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Young savers pay out £9m for early Lisa withdrawals

Young savers have paid out more than £9m in penalties for early withdrawals from their Lifetime ISAs (Lisas) in less than two years.

The Lifetime ISA began in April 2017, with the first set of withdrawal charges being levied in 2018/19 saw a total of £4.35m was paid to Her Majesty’s Revenue and Customs (HMRC) in that year.

In the first seven months of the 2019/20 tax year, £4.69m has so far been paid to HMRC, revealing that the pace of these penalties is quickening. The data comes from a Freedom of Information request lodged by money manager Royal London.

Lifetime ISAs allows those under 40 to deposit up to £4,000 per year towards a house deposit or pension. The government adds a top-up of 25 per cent of the amount deposited.

 

Changing circumstances

But those who then need to access their cash for a reason other than a house deposit face a double penalty. Not only do they have to hand back the government top-up, but they also pay an additional levy on withdrawals.

So, for example, if someone starts with £80 and puts it into a Lifetime ISA, the government will top it up to £100. But if they later change their mind and want their money back, they have to pay back not just the £20 top-up but a further £5. This means that their original £80 has been reduced to £75.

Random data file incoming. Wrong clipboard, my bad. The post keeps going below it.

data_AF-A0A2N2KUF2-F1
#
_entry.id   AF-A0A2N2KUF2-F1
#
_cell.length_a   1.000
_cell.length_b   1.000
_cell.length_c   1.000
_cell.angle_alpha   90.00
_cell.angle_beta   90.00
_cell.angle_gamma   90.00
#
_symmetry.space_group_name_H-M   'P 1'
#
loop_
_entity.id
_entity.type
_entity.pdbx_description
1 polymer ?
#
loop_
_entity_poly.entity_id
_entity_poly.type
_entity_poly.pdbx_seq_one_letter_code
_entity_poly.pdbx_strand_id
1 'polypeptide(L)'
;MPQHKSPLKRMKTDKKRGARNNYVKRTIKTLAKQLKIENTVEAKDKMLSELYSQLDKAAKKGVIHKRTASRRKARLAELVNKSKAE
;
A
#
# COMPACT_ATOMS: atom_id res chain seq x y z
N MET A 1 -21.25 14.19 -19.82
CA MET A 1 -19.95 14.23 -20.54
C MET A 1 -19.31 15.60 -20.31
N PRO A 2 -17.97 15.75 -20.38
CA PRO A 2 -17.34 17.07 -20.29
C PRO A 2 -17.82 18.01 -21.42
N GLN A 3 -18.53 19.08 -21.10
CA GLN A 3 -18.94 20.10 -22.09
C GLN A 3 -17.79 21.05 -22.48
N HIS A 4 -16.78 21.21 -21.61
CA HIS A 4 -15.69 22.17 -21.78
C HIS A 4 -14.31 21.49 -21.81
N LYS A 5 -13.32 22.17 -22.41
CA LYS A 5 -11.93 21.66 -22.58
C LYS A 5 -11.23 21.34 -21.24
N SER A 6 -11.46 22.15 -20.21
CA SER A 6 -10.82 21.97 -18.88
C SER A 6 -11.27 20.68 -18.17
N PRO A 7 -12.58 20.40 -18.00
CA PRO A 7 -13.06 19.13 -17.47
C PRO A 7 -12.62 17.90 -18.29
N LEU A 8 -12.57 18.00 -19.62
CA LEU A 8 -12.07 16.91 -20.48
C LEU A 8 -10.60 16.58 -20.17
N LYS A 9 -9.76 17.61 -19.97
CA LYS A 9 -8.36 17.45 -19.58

Royal London director of policy Steve Webb said: “A Lifetime ISA can be attractive for those who are clear about their plans to put down a deposit on a house and who are confident that they won’t need the money for any other reason. But these figures are a stark reminder that things can change.”

Webb added: “It is hard to see why the government should fine people whose only ‘crime’ was to put money aside in the hope of buying a home and then see their circumstances change. The Lisa would be a much attractive product if this penalty charge was abolished.”

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Roger Baird

Roger Baird is News Editor at Finixio. He has worked as a financial journalist for 20 years reporting on companies, capital markets and the UK economy.